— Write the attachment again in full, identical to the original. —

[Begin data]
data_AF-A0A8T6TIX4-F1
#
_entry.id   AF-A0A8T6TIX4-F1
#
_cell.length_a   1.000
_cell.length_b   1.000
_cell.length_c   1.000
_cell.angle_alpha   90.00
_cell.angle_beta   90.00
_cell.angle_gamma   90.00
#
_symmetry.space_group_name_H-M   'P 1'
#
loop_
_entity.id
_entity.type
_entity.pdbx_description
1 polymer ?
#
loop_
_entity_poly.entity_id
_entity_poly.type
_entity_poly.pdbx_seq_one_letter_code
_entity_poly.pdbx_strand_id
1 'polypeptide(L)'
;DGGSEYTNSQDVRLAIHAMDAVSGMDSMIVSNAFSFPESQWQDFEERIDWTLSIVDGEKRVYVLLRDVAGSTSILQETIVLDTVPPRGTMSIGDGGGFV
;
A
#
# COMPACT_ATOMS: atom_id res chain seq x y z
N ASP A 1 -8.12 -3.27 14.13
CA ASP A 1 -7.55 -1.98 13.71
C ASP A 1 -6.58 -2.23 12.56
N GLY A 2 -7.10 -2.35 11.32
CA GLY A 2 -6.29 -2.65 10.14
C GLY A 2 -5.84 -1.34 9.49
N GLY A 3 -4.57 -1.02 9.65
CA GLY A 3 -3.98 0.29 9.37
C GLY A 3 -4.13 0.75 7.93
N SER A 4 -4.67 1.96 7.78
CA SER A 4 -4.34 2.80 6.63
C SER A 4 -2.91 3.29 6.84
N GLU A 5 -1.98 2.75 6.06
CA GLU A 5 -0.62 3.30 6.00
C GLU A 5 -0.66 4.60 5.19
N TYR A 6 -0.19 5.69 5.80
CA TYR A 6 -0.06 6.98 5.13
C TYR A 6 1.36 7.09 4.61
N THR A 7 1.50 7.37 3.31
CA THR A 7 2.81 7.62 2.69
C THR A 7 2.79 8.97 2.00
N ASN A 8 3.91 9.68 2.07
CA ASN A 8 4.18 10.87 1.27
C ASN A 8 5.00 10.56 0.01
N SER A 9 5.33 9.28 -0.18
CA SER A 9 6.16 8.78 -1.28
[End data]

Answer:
data_AF-A0A8T6TIX4-F1
#
_entry.id   AF-A0A8T6TIX4-F1
#
_cell.length_a   1.000
_cell.length_b   1.000
_cell.length_c   1.000
_cell.angle_alpha   90.00
_cell.angle_beta   90.00
_cell.angle_gamma   90.00
#
_symmetry.space_group_name_H-M   'P 1'
#
loop_
_entity.id
_entity.type
_entity.pdbx_description
1 polymer ?
#
loop_
_entity_poly.entity_id
_entity_poly.type
_entity_poly.pdbx_seq_one_letter_code
_entity_poly.pdbx_strand_id
1 'polypeptide(L)'
;DGGSEYTNSQDVRLAIHAMDAVSGMDSMIVSNAFSFPESQWQDFEERIDWTLSIVDGEKRVYVLLRDVAGSTSILQETIVLDTVPPRGTMSIGDGGGFV
;
A
#
# COMPACT_ATOMS: atom_id res chain seq x y z
N ASP A 1 -8.12 -3.27 14.13
CA ASP A 1 -7.55 -1.98 13.71
C ASP A 1 -6.58 -2.23 12.56
N GLY A 2 -7.10 -2.35 11.32
CA GLY A 2 -6.29 -2.65 10.14
C GLY A 2 -5.84 -1.34 9.49
N GLY A 3 -4.57 -1.02 9.65
CA GLY A 3 -3.98 0.29 9.37
C GLY A 3 -4.13 0.75 7.93
N SER A 4 -4.67 1.96 7.78
CA SER A 4 -4.34 2.80 6.63
C SER A 4 -2.91 3.29 6.84
N GLU A 5 -1.98 2.75 6.06
CA GLU A 5 -0.62 3.30 6.00
C GLU A 5 -0.66 4.60 5.19
N TYR A 6 -0.19 5.69 5.80
CA TYR A 6 -0.06 6.98 5.13
C TYR A 6 1.36 7.09 4.61
N THR A 7 1.50 7.37 3.31
CA THR A 7 2.81 7.62 2.69
C THR A 7 2.79 8.97 2.00
N ASN A 8 3.91 9.68 2.07
CA ASN A 8 4.18 10.87 1.27
C ASN A 8 5.00 10.56 0.01
N SER A 9 5.33 9.28 -0.18
CA SER A 9 6.16 8.78 -1.28